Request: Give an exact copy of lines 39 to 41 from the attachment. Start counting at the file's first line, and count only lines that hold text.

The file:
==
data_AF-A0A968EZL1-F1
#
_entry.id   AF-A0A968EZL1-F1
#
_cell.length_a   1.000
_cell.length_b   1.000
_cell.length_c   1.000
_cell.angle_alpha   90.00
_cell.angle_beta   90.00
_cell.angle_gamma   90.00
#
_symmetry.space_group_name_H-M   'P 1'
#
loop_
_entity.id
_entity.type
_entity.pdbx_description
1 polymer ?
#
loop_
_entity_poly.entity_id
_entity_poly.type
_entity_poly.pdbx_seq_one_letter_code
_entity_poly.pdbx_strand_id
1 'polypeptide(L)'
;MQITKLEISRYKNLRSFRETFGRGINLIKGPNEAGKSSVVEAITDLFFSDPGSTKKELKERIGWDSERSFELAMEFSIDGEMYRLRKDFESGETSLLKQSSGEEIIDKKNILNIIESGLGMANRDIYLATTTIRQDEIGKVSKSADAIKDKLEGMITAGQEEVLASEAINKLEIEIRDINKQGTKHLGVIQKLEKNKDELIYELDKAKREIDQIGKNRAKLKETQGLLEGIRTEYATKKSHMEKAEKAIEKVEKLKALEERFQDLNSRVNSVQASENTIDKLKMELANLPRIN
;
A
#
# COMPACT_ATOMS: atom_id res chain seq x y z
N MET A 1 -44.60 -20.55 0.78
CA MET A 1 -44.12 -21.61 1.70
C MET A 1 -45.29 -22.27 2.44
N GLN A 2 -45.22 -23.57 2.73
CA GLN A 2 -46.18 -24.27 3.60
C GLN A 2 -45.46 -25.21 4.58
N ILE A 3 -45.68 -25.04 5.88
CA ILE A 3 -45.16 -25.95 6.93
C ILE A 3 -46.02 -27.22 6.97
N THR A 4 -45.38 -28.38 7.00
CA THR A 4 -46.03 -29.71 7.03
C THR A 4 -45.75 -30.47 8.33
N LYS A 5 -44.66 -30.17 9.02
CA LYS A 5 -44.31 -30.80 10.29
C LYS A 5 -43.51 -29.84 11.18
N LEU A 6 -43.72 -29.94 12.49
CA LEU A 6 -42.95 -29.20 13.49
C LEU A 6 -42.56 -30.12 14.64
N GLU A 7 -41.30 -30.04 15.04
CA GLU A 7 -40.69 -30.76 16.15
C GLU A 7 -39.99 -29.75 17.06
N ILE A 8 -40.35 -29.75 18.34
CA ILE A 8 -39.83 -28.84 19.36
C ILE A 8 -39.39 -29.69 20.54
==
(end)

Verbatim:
C ILE A 3 -46.02 -27.22 6.97
N THR A 4 -45.38 -28.38 7.00
CA THR A 4 -46.03 -29.71 7.03